This is one of my favorite features in Windows 7. Let me know if you try it out and how it is working for you.
Baja California has been shaking lately. Especially in the area just south of Mexicali. I’ve built a little map to keep tabs on the area. The information comes from USGS via RSS through Yahoo Pipes. So, if a quake is felt, it will be a little delayed here on the map due to the nature of path to get here. Given that, the map should contain the most recent information on quakes 2.5 magnitude and above.
I was thinking last night that it might be interesting to take your Tweets and put them on a calendar. Kind of a life stream with calendar integration. I do crazy stuff like this because it helps me learn.
I figured since Twitter outputs to RSS I could take that and morph it into an iCal feed. As it turns out, this isn’t that hard with Yahoo! Pipes. However, it isn’t really doesn’t work all that well. The problem is that Yahoo Pipes only polls the RSS every 30 minutes or so. So if you tweet a lot things will get missed. Also, it will only hold the last 20 tweets at the time of polling. And then there is the calendar the polls iCal. I have no idea how often that happens.
So, this is just a proof of concept kind of thing. I thought since I got this bit figured out I’d release it and see if anyone else comes up with something better.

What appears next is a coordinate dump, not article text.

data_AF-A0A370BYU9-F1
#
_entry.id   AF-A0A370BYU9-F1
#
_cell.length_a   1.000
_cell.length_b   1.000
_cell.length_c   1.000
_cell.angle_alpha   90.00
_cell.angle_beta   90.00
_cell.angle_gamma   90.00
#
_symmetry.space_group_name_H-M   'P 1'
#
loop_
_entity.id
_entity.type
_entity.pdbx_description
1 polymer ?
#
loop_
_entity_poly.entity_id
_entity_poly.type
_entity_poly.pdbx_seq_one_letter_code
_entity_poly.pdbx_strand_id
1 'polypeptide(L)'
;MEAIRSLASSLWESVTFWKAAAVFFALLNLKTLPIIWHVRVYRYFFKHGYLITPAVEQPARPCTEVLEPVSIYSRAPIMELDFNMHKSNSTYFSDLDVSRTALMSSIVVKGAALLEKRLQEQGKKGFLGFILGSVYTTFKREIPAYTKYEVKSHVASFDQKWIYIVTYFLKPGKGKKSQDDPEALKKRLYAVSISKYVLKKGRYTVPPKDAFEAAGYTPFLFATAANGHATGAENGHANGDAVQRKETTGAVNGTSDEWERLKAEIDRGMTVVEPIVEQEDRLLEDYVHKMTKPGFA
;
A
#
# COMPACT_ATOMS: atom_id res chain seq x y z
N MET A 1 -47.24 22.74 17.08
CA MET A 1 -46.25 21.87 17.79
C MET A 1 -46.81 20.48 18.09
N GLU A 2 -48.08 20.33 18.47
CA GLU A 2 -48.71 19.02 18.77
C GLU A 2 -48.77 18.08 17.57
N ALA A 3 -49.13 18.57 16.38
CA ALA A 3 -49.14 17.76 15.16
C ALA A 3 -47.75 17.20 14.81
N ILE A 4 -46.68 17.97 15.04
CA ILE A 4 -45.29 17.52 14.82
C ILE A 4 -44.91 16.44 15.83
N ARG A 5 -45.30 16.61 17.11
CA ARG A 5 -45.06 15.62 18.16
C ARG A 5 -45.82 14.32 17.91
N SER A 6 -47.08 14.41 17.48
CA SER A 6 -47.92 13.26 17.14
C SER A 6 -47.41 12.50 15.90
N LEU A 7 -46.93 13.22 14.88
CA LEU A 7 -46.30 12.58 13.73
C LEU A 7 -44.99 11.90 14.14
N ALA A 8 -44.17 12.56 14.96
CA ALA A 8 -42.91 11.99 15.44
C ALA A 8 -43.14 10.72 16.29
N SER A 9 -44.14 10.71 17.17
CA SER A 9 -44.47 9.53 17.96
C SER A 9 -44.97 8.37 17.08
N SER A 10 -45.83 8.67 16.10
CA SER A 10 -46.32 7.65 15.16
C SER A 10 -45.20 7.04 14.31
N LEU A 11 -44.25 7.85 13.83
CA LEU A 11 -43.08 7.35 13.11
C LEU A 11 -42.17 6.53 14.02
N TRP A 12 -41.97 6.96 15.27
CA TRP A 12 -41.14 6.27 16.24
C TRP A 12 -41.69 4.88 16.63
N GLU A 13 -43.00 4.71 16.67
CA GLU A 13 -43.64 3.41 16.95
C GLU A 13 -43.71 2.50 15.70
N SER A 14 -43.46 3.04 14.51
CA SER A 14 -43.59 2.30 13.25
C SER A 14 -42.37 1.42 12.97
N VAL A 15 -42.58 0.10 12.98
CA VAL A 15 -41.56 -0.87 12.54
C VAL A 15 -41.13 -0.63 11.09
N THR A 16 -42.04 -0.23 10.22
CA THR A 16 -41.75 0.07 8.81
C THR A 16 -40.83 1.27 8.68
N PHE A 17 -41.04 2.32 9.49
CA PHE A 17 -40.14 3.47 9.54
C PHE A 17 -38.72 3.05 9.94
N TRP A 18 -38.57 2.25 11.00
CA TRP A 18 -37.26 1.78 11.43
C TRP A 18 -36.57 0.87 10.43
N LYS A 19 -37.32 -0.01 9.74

Here is how it works:
- Go to: http://pipes.yahoo.com/techlifeweb/twitterical
- Enter your twitter name (public accounts only, sorry) in the box provided and click Run Pipe
- When the results com back, click More options and right click on Get as iCal then click “Copy Link Location” in your browser.
You now have the link to the iCal version of your Tweet. How you set this up in your calendar varies on calendar application. Here, we’ll use Google calendar.
- Open your Google Calendar
- In the lower left click ‘add’
- and then ‘Add by URL’
- When the dialog box pops up, past in the iCal URL you copied in the steps above and click Add Calendar.
It will take a few seconds to a minute and they you will see your last 20 tweets in your calendar. You can change the colors if you want.
So, developers out there, if you do something cool with this, please let me know.